September 2015
Volume 15, Issue 12
Free
Vision Sciences Society Annual Meeting Abstract  |   September 2015
LImits of Expertise: Investigating the Role of Holistic Processing in Visual Discrimination and Recognition
Author Affiliations
  • Cindy Bukach
    Psychology, University of Richmond
  • Jessie Peissig
    Psychology, California State University Fullerton
  • Wesley Meredith
    Psychology, University of Richmond
  • Sophia Minassian
    Psychology, University of Richmond
  • Austen Winkler
    Psychology, University of Richmond
Journal of Vision September 2015, Vol.15, 1140. doi:10.1167/15.12.1140
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      Cindy Bukach, Jessie Peissig, Wesley Meredith, Sophia Minassian, Austen Winkler; LImits of Expertise: Investigating the Role of Holistic Processing in Visual Discrimination and Recognition. Journal of Vision 2015;15(12):1140. doi: 10.1167/15.12.1140.

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      © ARVO (1962-2015); The Authors (2016-present)

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Abstract

Category boundaries are dynamic and change with experience, and may be very different for experts than for novices, leading to unexpected failures of generalization that provide a unique window into the nature of neural plasticity. Bird watchers (n = 22) and age-matched novices (25) from the East Coast USA completed a recognition memory task (Vanderbilt Expertise Task/VET) and questionnaires assessing quantity and quality of experience. Participants also completed tasks of visual discrimination and holistic processing (Composite task) for birds from East and West Coast USA and Asia to assess generalization of expert skills. Although experts showed superior visual discrimination of birds overall, only Experts showed an other-region effect (ORE) for Asian birds. Quality of experience only marginally predicted expert performance on the VET (r = .39, p = .073), but was a strong predictor of expert visual discrimination of own region birds (r = .604, p = .003 and of the ORE for Asian birds (r =.486 p = .022). Both groups processed birds holistically, but groups showed opposite relationships between holistic processing and visual discrimination. The two measures were marginally positively correlated for Experts (r = .44, p = .077), but negatively correlated for novices (r =-.55, p = .010). Similarly, for experts, holistic ORE was positively correlated with visual discrimination ORE for West Coast birds (r = .53, p = .031), and negatively correlated with Novice visual discrimination ORE for Asian birds (r = -.52, p = .016). The nature of the holistic representation may differ for experts and novices, and/or that novices mistake the diagnostic value of the information they obtain. Taken together, the results of this study are consistent with the idea that individuating experience changes the structure of category representations, and that holistic processing plays a role in transfer of visual discrimination skills.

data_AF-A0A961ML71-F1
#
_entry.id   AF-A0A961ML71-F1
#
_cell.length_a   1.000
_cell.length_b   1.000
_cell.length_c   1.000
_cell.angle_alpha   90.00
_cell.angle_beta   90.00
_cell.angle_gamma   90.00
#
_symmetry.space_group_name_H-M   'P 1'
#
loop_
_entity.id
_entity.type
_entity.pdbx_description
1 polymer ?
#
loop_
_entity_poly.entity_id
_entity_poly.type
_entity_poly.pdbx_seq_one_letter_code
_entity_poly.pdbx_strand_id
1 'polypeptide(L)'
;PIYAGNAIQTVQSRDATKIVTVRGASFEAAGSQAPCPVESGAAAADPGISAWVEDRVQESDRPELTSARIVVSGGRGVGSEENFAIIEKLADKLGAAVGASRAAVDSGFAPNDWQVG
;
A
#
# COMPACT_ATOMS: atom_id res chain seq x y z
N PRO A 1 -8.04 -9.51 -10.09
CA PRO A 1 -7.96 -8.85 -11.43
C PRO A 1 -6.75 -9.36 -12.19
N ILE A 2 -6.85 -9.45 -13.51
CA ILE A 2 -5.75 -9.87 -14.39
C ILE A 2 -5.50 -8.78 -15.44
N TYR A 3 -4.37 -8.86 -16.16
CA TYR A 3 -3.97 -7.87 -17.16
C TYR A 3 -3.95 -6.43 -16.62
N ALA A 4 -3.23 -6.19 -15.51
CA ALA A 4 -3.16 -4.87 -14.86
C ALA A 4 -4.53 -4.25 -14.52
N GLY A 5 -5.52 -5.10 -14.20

Meeting abstract presented at VSS 2015

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